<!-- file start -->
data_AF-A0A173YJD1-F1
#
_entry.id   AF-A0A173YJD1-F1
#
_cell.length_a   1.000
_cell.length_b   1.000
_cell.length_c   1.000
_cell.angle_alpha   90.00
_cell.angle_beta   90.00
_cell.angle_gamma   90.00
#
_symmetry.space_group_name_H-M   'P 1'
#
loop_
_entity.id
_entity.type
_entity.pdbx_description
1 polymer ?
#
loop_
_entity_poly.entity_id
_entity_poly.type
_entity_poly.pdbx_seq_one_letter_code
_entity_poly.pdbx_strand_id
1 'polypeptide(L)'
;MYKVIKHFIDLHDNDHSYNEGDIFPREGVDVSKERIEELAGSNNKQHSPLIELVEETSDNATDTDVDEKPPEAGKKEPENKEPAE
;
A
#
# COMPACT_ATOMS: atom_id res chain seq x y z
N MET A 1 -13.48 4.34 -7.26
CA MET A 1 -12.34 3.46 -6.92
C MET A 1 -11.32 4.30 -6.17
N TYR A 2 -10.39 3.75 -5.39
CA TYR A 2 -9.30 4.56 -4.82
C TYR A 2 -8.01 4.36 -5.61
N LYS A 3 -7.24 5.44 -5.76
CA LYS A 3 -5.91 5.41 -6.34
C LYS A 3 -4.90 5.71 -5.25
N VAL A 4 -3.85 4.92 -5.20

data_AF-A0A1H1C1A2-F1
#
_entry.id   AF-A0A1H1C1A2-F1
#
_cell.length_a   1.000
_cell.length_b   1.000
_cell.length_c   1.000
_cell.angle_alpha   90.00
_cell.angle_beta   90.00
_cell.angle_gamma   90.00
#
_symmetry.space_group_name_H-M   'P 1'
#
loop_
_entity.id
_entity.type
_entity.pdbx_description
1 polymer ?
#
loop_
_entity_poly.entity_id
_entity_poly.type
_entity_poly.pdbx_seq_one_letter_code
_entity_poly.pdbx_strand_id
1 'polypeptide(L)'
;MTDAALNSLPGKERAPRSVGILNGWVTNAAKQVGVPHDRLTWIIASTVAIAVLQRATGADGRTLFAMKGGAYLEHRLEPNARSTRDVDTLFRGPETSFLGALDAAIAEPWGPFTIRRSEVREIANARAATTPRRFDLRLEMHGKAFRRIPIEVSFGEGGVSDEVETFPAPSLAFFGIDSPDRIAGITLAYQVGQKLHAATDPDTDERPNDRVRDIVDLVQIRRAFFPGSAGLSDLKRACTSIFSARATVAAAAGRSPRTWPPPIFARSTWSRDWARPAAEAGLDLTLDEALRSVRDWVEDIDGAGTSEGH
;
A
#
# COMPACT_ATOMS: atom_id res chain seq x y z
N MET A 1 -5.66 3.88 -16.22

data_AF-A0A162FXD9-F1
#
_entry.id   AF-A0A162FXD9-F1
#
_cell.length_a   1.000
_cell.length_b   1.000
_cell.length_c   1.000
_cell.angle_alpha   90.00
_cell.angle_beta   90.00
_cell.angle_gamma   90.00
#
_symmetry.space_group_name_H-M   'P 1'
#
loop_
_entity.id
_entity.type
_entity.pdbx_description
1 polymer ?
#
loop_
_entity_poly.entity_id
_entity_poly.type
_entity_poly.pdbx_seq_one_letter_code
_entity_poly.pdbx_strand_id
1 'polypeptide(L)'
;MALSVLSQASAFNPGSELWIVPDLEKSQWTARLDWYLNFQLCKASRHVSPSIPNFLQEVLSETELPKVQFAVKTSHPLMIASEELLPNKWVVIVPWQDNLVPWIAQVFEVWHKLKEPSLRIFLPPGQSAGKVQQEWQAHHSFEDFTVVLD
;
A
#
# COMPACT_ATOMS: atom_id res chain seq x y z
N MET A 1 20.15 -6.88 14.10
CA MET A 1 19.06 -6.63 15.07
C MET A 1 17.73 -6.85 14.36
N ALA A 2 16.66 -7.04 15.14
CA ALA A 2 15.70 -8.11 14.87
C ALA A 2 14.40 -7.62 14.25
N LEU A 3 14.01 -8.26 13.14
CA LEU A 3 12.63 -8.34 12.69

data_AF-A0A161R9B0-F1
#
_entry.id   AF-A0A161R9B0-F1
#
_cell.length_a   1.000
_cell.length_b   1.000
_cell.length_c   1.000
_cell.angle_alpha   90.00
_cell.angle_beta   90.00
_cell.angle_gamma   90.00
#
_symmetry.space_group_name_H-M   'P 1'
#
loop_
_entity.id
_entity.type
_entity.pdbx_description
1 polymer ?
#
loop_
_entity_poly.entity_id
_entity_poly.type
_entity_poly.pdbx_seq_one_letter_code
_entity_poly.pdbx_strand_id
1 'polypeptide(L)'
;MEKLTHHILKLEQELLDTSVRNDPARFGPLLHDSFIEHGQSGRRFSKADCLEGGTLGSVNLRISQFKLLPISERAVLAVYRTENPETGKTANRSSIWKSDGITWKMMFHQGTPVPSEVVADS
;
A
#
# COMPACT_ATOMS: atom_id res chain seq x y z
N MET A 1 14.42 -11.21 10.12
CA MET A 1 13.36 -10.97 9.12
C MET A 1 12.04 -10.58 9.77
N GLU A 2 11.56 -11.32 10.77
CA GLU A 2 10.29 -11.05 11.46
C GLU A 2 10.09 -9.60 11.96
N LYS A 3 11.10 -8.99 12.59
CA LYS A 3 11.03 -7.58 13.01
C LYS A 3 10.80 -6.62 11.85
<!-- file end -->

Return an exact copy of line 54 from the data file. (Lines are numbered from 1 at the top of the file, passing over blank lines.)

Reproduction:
loop_